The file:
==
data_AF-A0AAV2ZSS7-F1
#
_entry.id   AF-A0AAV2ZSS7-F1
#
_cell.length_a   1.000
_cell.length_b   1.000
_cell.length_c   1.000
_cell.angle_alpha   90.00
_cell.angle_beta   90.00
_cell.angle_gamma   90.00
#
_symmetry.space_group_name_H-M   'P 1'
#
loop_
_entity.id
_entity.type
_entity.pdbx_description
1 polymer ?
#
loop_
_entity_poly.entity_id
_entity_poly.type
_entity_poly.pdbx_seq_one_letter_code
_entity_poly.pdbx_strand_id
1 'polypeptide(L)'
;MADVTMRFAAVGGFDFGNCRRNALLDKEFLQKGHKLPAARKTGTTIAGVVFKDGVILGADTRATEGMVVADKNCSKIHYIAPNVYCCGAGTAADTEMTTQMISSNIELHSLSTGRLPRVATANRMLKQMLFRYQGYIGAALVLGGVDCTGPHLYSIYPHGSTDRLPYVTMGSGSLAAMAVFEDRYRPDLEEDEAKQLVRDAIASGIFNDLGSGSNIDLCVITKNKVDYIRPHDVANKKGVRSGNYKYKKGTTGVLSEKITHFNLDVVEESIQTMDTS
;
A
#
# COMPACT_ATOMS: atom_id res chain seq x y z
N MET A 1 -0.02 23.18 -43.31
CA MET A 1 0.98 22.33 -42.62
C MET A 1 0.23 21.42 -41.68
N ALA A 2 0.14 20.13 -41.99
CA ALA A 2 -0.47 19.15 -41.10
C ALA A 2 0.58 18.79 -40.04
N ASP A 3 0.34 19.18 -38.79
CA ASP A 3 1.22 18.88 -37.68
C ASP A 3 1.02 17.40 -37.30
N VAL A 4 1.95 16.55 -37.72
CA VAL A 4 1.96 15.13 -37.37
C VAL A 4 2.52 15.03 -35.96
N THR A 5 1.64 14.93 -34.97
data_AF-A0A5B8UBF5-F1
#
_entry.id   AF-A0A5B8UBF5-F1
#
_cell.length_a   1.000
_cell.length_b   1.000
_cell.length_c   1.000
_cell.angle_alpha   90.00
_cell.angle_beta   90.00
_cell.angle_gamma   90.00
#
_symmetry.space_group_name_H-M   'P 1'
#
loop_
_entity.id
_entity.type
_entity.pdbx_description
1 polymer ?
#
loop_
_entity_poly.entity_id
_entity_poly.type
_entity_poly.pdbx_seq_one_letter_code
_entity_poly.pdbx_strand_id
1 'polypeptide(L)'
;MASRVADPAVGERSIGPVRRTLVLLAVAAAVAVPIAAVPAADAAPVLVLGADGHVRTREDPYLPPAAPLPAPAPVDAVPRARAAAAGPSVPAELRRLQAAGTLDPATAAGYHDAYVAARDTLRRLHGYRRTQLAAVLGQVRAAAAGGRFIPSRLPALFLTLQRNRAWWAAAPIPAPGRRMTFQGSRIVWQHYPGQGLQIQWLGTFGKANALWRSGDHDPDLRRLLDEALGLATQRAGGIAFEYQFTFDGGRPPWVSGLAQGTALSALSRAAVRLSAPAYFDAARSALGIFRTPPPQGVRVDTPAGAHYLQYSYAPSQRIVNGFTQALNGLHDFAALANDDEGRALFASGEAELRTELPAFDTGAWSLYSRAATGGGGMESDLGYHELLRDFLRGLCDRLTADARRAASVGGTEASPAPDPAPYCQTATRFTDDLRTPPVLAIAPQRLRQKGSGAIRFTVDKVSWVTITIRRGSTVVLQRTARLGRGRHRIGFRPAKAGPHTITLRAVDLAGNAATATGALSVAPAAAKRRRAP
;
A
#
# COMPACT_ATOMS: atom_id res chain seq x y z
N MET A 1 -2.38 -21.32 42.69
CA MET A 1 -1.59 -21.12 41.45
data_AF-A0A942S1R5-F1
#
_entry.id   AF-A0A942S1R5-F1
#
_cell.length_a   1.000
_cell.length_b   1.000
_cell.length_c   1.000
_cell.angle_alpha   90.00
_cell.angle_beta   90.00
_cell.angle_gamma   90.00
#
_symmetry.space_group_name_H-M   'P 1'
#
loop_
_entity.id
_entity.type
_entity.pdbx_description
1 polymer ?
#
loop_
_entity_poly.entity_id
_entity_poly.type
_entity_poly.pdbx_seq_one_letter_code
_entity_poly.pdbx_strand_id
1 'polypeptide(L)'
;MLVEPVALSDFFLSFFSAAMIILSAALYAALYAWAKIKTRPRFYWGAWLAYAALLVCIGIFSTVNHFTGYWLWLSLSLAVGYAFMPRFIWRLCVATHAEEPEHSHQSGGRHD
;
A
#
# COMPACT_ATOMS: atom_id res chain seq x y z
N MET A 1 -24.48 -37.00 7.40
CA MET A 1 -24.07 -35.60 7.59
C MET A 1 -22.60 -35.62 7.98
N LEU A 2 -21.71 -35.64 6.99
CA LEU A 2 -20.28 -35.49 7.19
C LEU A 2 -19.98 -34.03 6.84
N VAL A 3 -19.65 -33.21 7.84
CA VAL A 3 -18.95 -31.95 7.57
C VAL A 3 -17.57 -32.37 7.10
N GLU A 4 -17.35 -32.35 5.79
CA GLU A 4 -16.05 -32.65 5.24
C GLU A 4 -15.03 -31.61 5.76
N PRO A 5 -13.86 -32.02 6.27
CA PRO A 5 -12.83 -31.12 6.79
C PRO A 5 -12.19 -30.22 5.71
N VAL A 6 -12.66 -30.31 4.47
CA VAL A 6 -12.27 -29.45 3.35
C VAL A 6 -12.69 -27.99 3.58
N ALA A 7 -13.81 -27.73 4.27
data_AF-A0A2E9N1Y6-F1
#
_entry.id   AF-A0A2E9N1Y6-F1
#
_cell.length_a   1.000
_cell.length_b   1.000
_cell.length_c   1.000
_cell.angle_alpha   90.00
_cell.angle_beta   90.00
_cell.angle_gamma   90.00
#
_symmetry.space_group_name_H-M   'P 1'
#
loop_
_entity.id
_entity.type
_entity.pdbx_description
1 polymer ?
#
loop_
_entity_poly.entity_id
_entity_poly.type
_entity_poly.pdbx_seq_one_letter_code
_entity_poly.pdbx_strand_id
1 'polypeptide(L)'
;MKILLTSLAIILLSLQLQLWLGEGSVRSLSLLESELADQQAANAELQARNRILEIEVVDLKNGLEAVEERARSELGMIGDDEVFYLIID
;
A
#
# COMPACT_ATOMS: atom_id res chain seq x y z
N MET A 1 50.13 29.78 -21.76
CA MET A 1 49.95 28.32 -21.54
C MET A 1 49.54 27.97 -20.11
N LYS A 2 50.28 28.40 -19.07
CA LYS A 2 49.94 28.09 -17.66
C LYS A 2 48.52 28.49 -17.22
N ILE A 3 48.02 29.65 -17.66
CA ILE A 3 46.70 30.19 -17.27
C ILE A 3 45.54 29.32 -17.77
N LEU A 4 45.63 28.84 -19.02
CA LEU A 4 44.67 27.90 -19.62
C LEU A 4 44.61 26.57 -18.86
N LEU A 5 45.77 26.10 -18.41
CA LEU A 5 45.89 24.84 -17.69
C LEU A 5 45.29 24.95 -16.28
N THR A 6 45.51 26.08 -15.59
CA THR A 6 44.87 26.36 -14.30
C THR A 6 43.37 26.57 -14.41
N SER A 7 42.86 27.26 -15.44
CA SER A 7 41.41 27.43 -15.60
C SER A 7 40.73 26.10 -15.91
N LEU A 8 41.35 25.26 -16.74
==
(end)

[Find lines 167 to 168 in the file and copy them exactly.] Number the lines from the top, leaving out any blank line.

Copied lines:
N LEU A 5 45.77 26.10 -18.41
CA LEU A 5 45.89 24.84 -17.69